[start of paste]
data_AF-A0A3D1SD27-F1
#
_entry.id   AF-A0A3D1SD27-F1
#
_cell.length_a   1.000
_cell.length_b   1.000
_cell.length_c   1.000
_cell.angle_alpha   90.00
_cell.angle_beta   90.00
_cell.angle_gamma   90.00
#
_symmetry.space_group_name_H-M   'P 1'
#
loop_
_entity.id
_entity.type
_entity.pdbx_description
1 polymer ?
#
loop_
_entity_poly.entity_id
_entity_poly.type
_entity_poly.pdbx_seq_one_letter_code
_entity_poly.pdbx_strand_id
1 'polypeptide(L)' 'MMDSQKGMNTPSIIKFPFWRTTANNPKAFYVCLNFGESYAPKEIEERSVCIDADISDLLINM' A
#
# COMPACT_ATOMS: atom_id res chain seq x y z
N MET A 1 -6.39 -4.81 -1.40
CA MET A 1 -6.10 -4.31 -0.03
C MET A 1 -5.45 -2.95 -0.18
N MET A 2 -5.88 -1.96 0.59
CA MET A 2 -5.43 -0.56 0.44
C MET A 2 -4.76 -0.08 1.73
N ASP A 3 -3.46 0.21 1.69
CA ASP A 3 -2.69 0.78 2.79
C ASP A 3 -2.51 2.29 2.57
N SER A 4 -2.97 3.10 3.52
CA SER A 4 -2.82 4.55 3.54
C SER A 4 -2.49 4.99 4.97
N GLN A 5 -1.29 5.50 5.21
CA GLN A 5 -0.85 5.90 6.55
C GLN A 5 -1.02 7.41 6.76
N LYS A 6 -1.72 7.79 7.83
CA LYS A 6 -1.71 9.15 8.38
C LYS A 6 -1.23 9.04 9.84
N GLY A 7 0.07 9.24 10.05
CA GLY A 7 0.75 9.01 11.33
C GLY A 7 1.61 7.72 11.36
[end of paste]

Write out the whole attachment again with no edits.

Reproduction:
data_AF-A0A3D1SD27-F1
#
_entry.id   AF-A0A3D1SD27-F1
#
_cell.length_a   1.000
_cell.length_b   1.000
_cell.length_c   1.000
_cell.angle_alpha   90.00
_cell.angle_beta   90.00
_cell.angle_gamma   90.00
#
_symmetry.space_group_name_H-M   'P 1'
#
loop_
_entity.id
_entity.type
_entity.pdbx_description
1 polymer ?
#
loop_
_entity_poly.entity_id
_entity_poly.type
_entity_poly.pdbx_seq_one_letter_code
_entity_poly.pdbx_strand_id
1 'polypeptide(L)' 'MMDSQKGMNTPSIIKFPFWRTTANNPKAFYVCLNFGESYAPKEIEERSVCIDADISDLLINM' A
#
# COMPACT_ATOMS: atom_id res chain seq x y z
N MET A 1 -6.39 -4.81 -1.40
CA MET A 1 -6.10 -4.31 -0.03
C MET A 1 -5.45 -2.95 -0.18
N MET A 2 -5.88 -1.96 0.59
CA MET A 2 -5.43 -0.56 0.44
C MET A 2 -4.76 -0.08 1.73
N ASP A 3 -3.46 0.21 1.69
CA ASP A 3 -2.69 0.78 2.79
C ASP A 3 -2.51 2.29 2.57
N SER A 4 -2.97 3.10 3.52
CA SER A 4 -2.82 4.55 3.54
C SER A 4 -2.49 4.99 4.97
N GLN A 5 -1.29 5.50 5.21
CA GLN A 5 -0.85 5.90 6.55
C GLN A 5 -1.02 7.41 6.76
N LYS A 6 -1.72 7.79 7.83
CA LYS A 6 -1.71 9.15 8.38
C LYS A 6 -1.23 9.04 9.84
N GLY A 7 0.07 9.24 10.05
CA GLY A 7 0.75 9.01 11.33
C GLY A 7 1.61 7.72 11.36